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Options narrow for future of human spaceflight

A panel moves closer to recommending where NASA should fly next, and how.

US human spaceflight panel chairman Norman Augustine listens to public comments at the U.S. Space and Rocket Center on July 29 in in Huntsville, Ala.

Bob Gathany/AP

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If the US simply maintains spending for human spaceflight at current levels, NASA will have enough money to build one new rocket to carry crews into space by 2020. But it will literally be a rocket to nowhere: The space agency will have no place to send it for at least another decade.

That stark message underlies options for the US human spaceflight program, which a 10-member panel will present to the Obama administration when it wraps up its work at the end of August. The panel's assignment: Present the president with choices that are sustainable, fit within current budget constraints, yet represent bold steps beyond low-Earth orbit.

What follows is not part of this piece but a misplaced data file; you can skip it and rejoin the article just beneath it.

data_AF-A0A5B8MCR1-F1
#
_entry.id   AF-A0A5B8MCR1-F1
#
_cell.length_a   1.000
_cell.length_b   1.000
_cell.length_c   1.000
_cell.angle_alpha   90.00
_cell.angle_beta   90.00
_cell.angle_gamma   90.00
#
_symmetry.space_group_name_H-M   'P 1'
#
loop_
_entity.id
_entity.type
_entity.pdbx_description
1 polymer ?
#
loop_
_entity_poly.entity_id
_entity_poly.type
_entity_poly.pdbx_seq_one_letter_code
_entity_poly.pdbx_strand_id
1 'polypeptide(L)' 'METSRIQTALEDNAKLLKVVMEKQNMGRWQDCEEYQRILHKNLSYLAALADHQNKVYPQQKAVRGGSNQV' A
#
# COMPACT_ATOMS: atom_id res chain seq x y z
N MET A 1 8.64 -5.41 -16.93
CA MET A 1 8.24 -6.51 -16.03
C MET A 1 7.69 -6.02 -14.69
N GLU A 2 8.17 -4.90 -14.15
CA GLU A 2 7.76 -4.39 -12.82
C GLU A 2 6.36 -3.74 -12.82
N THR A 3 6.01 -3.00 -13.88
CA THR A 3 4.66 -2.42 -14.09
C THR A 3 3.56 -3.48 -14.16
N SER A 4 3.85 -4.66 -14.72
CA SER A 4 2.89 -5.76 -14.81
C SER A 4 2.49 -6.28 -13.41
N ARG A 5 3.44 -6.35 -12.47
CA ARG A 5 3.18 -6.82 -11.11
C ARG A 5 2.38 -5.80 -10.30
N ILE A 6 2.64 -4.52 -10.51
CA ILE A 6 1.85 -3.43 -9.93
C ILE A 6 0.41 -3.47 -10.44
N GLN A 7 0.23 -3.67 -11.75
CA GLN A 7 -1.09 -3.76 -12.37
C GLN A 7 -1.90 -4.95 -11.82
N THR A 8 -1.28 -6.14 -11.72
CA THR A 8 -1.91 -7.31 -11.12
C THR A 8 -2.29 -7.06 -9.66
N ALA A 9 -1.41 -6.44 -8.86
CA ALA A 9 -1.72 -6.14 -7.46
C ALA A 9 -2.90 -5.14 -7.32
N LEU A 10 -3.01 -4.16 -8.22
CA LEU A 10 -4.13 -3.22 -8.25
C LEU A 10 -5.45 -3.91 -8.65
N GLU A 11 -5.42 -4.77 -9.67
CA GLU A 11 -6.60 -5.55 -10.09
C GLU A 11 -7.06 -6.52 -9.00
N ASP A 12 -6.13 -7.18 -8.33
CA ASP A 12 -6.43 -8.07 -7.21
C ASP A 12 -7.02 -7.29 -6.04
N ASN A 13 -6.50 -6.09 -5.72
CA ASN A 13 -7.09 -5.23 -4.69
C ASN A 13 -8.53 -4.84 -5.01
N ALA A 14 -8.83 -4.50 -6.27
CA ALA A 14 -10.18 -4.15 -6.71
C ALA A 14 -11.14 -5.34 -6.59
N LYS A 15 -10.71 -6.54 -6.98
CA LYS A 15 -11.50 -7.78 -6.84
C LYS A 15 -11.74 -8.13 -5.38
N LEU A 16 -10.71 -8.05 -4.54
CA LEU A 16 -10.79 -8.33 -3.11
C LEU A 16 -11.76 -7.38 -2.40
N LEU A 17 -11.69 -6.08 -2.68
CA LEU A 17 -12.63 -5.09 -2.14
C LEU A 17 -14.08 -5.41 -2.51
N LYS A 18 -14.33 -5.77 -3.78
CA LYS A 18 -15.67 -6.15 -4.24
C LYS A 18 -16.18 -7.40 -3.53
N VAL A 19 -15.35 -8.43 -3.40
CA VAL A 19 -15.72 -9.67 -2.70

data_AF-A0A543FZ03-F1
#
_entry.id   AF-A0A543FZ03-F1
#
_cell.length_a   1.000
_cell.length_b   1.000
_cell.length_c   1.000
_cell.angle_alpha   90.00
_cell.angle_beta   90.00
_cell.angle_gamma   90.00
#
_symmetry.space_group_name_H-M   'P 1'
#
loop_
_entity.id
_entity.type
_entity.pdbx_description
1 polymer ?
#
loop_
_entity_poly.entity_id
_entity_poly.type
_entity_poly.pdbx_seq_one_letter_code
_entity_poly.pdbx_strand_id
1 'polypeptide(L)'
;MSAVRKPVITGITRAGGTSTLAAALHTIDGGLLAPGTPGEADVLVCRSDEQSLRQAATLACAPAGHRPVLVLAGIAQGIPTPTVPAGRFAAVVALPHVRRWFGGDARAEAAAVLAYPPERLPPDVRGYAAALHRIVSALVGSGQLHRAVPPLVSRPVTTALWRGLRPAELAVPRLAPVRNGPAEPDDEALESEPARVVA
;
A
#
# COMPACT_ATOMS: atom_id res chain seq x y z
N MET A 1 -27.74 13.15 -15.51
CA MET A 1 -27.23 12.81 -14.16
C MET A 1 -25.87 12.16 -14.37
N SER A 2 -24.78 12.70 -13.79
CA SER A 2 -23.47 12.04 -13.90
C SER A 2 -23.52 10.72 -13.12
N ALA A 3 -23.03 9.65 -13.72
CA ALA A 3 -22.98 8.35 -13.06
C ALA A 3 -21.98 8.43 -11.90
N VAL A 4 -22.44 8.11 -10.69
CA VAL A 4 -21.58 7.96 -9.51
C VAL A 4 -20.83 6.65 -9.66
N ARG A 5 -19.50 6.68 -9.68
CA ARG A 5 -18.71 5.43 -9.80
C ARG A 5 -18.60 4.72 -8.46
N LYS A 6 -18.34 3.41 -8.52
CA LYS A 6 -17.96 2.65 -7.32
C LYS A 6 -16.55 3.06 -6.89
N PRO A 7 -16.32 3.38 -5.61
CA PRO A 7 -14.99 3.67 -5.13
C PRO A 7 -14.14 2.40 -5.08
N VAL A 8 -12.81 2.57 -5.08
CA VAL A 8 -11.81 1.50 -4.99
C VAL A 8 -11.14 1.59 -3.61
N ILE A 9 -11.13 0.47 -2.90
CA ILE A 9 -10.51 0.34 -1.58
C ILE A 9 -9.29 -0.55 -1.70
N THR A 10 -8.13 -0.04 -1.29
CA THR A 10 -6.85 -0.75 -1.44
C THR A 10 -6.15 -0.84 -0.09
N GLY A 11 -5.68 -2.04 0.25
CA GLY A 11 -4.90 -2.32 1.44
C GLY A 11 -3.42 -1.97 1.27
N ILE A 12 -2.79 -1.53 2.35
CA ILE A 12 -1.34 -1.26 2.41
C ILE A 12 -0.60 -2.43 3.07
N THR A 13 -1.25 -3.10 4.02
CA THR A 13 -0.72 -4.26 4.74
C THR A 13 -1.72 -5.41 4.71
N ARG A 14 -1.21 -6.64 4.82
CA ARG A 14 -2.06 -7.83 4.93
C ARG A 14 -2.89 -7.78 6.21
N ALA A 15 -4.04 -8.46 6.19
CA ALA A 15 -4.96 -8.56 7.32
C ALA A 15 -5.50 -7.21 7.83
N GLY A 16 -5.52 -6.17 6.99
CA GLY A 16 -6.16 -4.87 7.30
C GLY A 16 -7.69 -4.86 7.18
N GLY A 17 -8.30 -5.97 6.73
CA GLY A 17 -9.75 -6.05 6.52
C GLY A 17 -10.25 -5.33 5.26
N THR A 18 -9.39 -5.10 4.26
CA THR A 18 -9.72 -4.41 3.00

"Our view is that it will be difficult with the current budget to do anything that's terribly inspiring," said panel chairman Norman Augustine at the end of Wednesday's public meeting in Washington – probably the last the committee will hold before it winds up its work.

Barring new information, the panel has zeroed in on four options to present to the White House. Two focus on the moon as the space program's next destination beyond low-Earth orbit. Two others focus on a suite of deep-space missions that include trips around the moon, to asteroids, and a Mars fly-by. This path could lead to a mission to each of four deep-space destinations between 2020 and 2030.

All four options envision Mars as a long-term destination for human boot prints, but the panel struck Mars off its agenda as an immediate goal because of cost.

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